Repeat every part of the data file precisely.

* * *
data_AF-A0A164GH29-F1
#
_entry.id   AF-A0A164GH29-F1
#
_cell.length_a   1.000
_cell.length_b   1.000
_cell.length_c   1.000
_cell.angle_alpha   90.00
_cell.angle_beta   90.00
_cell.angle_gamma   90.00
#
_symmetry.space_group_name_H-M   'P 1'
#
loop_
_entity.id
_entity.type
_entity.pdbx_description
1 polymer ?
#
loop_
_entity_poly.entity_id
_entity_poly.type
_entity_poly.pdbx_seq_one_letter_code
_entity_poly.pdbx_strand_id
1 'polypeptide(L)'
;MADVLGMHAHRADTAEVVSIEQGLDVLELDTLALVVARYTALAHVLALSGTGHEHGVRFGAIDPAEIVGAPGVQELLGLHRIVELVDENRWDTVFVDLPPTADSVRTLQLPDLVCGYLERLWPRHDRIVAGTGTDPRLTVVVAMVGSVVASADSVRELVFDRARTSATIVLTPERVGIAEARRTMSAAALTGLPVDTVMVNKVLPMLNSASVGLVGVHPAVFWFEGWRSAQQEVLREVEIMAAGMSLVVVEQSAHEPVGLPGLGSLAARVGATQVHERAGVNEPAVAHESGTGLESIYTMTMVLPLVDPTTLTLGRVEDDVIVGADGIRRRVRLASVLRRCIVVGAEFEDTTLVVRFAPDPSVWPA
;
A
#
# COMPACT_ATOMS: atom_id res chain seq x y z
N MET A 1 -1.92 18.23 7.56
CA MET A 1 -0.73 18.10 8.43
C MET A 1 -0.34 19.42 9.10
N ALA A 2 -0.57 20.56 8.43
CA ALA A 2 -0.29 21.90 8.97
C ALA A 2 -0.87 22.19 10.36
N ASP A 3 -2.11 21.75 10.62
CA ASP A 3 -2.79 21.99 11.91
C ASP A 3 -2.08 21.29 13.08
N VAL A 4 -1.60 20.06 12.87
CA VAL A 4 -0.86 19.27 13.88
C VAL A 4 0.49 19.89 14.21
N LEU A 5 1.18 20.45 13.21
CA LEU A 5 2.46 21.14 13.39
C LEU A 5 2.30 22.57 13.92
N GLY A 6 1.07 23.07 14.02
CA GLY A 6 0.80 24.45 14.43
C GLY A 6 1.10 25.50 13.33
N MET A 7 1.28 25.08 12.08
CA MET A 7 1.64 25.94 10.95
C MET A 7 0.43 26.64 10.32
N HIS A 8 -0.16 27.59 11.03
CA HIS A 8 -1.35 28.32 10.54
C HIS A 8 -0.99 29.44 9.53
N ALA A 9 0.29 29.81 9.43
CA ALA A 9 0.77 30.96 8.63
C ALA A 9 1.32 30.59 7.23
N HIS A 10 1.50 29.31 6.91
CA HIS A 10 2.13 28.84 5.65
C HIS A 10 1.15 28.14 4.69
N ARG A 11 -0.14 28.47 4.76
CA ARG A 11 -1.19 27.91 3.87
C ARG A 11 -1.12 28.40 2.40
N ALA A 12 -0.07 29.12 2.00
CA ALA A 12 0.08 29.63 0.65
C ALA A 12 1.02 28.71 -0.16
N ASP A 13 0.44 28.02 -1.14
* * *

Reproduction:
data_AF-A0A164GH29-F1
#
_entry.id   AF-A0A164GH29-F1
#
_cell.length_a   1.000
_cell.length_b   1.000
_cell.length_c   1.000
_cell.angle_alpha   90.00
_cell.angle_beta   90.00
_cell.angle_gamma   90.00
#
_symmetry.space_group_name_H-M   'P 1'
#
loop_
_entity.id
_entity.type
_entity.pdbx_description
1 polymer ?
#
loop_
_entity_poly.entity_id
_entity_poly.type
_entity_poly.pdbx_seq_one_letter_code
_entity_poly.pdbx_strand_id
1 'polypeptide(L)'
;MADVLGMHAHRADTAEVVSIEQGLDVLELDTLALVVARYTALAHVLALSGTGHEHGVRFGAIDPAEIVGAPGVQELLGLHRIVELVDENRWDTVFVDLPPTADSVRTLQLPDLVCGYLERLWPRHDRIVAGTGTDPRLTVVVAMVGSVVASADSVRELVFDRARTSATIVLTPERVGIAEARRTMSAAALTGLPVDTVMVNKVLPMLNSASVGLVGVHPAVFWFEGWRSAQQEVLREVEIMAAGMSLVVVEQSAHEPVGLPGLGSLAARVGATQVHERAGVNEPAVAHESGTGLESIYTMTMVLPLVDPTTLTLGRVEDDVIVGADGIRRRVRLASVLRRCIVVGAEFEDTTLVVRFAPDPSVWPA
;
A
#
# COMPACT_ATOMS: atom_id res chain seq x y z
N MET A 1 -1.92 18.23 7.56
CA MET A 1 -0.73 18.10 8.43
C MET A 1 -0.34 19.42 9.10
N ALA A 2 -0.57 20.56 8.43
CA ALA A 2 -0.29 21.90 8.97
C ALA A 2 -0.87 22.19 10.36
N ASP A 3 -2.11 21.75 10.62
CA ASP A 3 -2.79 21.99 11.91
C ASP A 3 -2.08 21.29 13.08
N VAL A 4 -1.60 20.06 12.87
CA VAL A 4 -0.86 19.27 13.88
C VAL A 4 0.49 19.89 14.21
N LEU A 5 1.18 20.45 13.21
CA LEU A 5 2.46 21.14 13.39
C LEU A 5 2.30 22.57 13.92
N GLY A 6 1.07 23.07 14.02
CA GLY A 6 0.80 24.45 14.43
C GLY A 6 1.10 25.50 13.33
N MET A 7 1.28 25.08 12.08
CA MET A 7 1.64 25.94 10.95
C MET A 7 0.43 26.64 10.32
N HIS A 8 -0.16 27.59 11.03
CA HIS A 8 -1.35 28.32 10.54
C HIS A 8 -0.99 29.44 9.53
N ALA A 9 0.29 29.81 9.43
CA ALA A 9 0.77 30.96 8.63
C ALA A 9 1.32 30.59 7.23
N HIS A 10 1.50 29.31 6.91
CA HIS A 10 2.13 28.84 5.65
C HIS A 10 1.15 28.14 4.69
N ARG A 11 -0.14 28.47 4.76
CA ARG A 11 -1.19 27.91 3.87
C ARG A 11 -1.12 28.40 2.40
N ALA A 12 -0.07 29.12 2.00
CA ALA A 12 0.08 29.63 0.65
C ALA A 12 1.02 28.71 -0.16
N ASP A 13 0.44 28.02 -1.14